By : Admin -
Empathy, the ability to relate to and share someone else’s emotions, thoughts or experiences, is the third pillar of emotional intelligence. It’s that elusive skill that allows us to “walk in someone else’s shoes”.
We all possess empathy to some degree – it’s why humans find watching movies so compelling. We vicariously experience the emotional journey of the characters on the screen. But empathy plays a more vital role in real life and not all leaders have a well-developed sense of empathy.
We previously wrote about empathy in the context of delivering great customer service:
Sympathy is rarely an ideal response to a customer’s problem. Instead, show empathy. Empathy allows to you be professional and caring at the same time. It also allows you to avoid becoming emotionally involved (like when you show sympathy).
Think about it this way: when you’re sympathetic, you simply feel badly for someone. Sympathy doesn’t communicate to a customer that you understand
WHY they feel the way they feel – it only allows you to communicate that you understand their problem. A typical response – “I’m sorry” – is insufficient to solve a customer’s problem. You must do more.
Leaders and manager who practice empathy in the workplace are better equipped to understand (and meet) their employees’ needs. It’s one of the traits that makes many women great leaders. Empathy also creates a more supportive environment where people feel valued and heard. You can learn more about why this is so important in my earlier article about leadership styles.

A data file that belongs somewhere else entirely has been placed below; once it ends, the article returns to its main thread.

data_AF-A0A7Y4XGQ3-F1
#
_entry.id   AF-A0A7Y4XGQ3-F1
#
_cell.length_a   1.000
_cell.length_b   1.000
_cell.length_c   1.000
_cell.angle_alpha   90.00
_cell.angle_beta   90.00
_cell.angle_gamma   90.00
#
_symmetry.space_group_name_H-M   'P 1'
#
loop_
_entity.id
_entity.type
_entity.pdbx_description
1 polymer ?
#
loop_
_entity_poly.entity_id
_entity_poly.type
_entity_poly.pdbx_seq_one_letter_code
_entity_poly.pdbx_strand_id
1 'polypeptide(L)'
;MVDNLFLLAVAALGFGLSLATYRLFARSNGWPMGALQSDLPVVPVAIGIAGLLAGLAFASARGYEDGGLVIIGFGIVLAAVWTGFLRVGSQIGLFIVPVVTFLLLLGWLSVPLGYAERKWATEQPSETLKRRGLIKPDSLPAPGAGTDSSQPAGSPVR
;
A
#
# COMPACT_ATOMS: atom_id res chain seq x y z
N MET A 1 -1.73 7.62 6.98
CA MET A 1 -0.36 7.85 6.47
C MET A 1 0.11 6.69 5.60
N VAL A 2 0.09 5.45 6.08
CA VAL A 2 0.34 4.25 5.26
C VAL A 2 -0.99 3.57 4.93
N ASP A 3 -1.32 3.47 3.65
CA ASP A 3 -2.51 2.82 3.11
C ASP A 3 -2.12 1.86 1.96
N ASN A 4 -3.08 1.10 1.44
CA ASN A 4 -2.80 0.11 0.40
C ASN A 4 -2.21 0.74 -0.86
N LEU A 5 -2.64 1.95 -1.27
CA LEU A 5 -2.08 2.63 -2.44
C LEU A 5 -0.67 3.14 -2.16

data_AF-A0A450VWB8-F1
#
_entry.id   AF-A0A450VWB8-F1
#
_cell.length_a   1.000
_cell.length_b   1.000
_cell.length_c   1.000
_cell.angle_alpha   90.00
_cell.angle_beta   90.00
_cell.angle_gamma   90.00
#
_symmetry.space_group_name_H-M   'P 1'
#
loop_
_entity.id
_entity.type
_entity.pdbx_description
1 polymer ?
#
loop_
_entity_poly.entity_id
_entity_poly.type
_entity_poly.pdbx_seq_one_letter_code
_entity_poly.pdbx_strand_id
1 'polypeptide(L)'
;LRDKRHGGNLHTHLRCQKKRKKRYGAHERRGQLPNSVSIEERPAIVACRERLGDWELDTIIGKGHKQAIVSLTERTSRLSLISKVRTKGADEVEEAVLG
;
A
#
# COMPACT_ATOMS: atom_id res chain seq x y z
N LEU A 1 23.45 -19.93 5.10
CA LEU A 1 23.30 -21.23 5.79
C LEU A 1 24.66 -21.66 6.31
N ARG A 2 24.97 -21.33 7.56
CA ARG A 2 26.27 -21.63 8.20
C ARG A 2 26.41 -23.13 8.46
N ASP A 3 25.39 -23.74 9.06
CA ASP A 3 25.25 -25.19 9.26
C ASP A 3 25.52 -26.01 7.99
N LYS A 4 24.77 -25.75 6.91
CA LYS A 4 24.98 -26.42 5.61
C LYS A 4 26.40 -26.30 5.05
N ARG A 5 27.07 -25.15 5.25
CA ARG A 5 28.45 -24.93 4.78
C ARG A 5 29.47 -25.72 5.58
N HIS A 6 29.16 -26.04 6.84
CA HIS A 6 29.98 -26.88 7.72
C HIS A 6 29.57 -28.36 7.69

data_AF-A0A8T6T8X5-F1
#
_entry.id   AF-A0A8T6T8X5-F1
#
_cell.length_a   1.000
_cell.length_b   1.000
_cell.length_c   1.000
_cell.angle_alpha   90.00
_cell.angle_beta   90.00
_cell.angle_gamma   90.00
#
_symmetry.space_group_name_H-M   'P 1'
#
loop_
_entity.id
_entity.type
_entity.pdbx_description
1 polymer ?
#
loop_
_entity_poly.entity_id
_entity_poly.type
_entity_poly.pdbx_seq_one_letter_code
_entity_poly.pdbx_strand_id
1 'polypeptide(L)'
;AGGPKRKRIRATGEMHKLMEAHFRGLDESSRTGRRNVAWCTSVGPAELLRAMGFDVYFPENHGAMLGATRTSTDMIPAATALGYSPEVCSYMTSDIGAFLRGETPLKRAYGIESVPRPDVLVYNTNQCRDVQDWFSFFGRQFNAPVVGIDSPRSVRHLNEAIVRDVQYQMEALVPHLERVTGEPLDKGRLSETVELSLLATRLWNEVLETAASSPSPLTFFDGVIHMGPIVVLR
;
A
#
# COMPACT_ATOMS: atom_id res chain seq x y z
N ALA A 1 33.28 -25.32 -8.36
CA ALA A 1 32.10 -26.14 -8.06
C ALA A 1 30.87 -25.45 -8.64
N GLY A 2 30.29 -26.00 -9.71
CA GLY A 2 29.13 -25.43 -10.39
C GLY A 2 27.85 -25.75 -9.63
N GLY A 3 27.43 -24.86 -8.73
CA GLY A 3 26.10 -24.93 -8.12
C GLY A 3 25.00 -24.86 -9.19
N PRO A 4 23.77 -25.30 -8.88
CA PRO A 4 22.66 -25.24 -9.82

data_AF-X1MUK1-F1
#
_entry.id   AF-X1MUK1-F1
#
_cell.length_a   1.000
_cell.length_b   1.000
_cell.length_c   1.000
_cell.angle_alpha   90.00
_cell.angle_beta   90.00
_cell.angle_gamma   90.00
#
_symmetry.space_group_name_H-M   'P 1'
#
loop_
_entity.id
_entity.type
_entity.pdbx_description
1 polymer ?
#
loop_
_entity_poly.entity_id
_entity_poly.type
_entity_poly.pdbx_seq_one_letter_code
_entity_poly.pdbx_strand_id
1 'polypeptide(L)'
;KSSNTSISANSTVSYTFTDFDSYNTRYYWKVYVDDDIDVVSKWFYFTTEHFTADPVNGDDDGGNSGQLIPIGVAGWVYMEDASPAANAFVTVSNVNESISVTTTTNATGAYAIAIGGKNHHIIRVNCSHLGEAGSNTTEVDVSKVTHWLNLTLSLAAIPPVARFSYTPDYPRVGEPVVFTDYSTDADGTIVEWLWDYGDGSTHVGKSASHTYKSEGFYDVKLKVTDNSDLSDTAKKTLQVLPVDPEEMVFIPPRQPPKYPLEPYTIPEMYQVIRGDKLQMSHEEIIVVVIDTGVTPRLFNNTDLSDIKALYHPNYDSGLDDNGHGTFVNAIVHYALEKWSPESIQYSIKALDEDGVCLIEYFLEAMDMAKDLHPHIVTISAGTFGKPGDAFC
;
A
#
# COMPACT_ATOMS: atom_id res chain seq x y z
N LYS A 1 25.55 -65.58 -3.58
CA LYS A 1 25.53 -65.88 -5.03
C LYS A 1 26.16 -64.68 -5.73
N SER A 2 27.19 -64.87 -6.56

Putting your employees first can lead to happy employees. And, happy employees have been shown to be more creative, more productive and more likely to be retained.
But, don’t just take my word for it. A 2015 study by the Center for Creative Leadership found that higher empathy ratings from a leader’s subordinates regularly predicted higher performance reviews from the leader’s own boss. In other words, empathetic leaders create positive relationships with their employees and also garner accolades from their superiors. Everybody wins.
Fortunately, empathy is a skill that can be learned.
The Center for Creative Leadership suggests practicing active listening in order to strengthen your empathic ability. Here are a few guidelines for practicing active listening:
• Make listening your entire focus, (instead of waiting for your turn to speak).
• Ask questions to help you understand the other person’s perspective.
• Don’t judge what the person is saying.
• Summarize what you think they’ve shared with you.
This exercise helps you to truly understand another person’s perspective. And, that’s the first step toward empathy.
Another technique for strengthening empathy is to regularly try to see things from a different perspective. True empathy requires that we be able to see beyond our own experience. The Center for Creative Leadership recommends that managers make a habit of trying to see things from their employee’s perspective.
If you find it hard to imagine what that perspective might be, maybe it’s time for some more active listening.
How to Embrace Empathy:
• Practice active listening.
• Habitually look at the world from a different perspective